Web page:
This trend terrifies most of us. As one writer explained, “For a society to be responsible and powerful, it must be informed. Our free press, protected by the first constitutional amendment, plays a critical role in ensuring that every American has constant access to important and trustworthy news.”
The rumblings from the Trump staff echo the president-elect’s castigation of CNN and BuzzFeed, The rest of America should be very afraid. Our information source lies in the path of the demagoguery implicit in this sweeping dismissal of the media.
But a more dastardly theme underlies this turn of events. Trump broadcasts his privilege in every move, every announcement, every shrug. He tells us that he and he alone can make us “great” again. He insisted in advance that he will be “the best jobs president God ever created”. Every nuance of his attitude, the swagger as he steps off the bus and grabs our collective pussy, announces his elitist view of himself.
As I contemplate the undoing of the progress which we have made in our great nation in the last eight years, I am reminded of the sobering words of John Adams:
“The right of a nation to kill a tyrant, in cases of necessity, can no more be doubted, than to hang a robber, or kill a flea. But killing one tyrant only makes way for worse, unless the people have sense, spirit and honesty enough to establish and support a constitution guarded at all points against the tyranny of the one, the few, and the many.”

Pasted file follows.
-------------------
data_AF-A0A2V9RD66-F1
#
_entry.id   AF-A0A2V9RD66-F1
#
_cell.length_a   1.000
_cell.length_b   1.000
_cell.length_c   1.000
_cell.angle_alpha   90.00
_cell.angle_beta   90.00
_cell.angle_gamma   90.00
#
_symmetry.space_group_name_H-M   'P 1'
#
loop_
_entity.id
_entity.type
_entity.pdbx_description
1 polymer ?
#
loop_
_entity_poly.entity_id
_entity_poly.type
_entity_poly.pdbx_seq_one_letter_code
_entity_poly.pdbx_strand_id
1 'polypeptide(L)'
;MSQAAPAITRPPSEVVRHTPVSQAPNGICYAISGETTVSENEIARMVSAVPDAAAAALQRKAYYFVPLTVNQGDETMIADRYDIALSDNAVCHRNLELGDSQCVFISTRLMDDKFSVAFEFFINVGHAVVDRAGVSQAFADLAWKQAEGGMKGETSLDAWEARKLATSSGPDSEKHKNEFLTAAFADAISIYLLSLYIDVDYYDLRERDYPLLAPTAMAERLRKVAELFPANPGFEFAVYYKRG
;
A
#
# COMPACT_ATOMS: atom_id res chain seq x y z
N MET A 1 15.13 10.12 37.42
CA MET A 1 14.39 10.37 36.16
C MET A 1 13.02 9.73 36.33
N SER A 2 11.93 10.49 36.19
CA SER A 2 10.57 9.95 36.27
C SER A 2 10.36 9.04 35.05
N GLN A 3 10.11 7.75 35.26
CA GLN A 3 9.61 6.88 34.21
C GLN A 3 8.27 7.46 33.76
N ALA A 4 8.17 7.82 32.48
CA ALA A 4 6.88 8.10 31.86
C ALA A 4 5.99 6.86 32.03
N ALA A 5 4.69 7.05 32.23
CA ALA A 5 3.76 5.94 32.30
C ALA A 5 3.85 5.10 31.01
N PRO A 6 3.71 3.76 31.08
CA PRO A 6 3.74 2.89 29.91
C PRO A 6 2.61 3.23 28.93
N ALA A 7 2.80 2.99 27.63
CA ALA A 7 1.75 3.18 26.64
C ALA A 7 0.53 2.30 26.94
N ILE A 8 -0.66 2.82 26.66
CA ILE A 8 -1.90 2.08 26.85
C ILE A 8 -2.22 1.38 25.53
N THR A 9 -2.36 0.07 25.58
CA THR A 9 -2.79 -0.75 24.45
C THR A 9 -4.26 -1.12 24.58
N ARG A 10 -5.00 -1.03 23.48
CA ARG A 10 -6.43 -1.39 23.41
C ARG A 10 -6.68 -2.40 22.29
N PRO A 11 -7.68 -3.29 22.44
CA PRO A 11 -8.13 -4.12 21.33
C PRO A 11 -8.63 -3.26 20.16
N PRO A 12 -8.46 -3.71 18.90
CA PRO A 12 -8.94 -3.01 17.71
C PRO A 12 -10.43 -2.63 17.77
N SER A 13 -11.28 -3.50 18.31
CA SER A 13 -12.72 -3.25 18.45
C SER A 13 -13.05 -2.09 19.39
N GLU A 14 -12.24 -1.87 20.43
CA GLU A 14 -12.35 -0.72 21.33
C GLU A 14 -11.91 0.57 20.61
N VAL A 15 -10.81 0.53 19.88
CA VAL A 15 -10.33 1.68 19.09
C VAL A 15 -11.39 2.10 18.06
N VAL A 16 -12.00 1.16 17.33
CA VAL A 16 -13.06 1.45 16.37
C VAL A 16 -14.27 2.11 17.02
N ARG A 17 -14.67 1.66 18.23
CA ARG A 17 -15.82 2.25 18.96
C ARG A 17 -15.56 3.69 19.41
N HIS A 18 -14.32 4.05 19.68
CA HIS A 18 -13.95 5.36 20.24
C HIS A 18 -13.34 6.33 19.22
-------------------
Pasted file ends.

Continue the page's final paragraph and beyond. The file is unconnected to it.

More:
— John Adams, A Defense of the Constitutions of Government
We do not want to sink into lawlessness; so therefore, it is incumbent upon us to safeguard against the tendrils of tyranny shot through the words of the president-elect.
We look first to our press to keep us informed. When we are informed, we can act. But waiting for word will no longer suffice. We have been given notice that the flow of information will be staunched. Therefore, we must be like the sentry watching the light in the tower. We must be prepared to stand with our brothers and our sisters against the coming peril when that light goes dark.
To do otherwise will consign this nation to the whims of a dictator. We cannot afford four years of unchallenged tyranny.
“As to the history of the revolution, my ideas may be peculiar, perhaps singular. What do we mean by the Revolution? The war? That was no part of the revolution; it was only an effect and consequence of it. The revolution was in the minds of the people, and this was effected … before a drop of blood was shed.”
— John Adams, letter to Thomas Jefferson, Aug. 24, 1815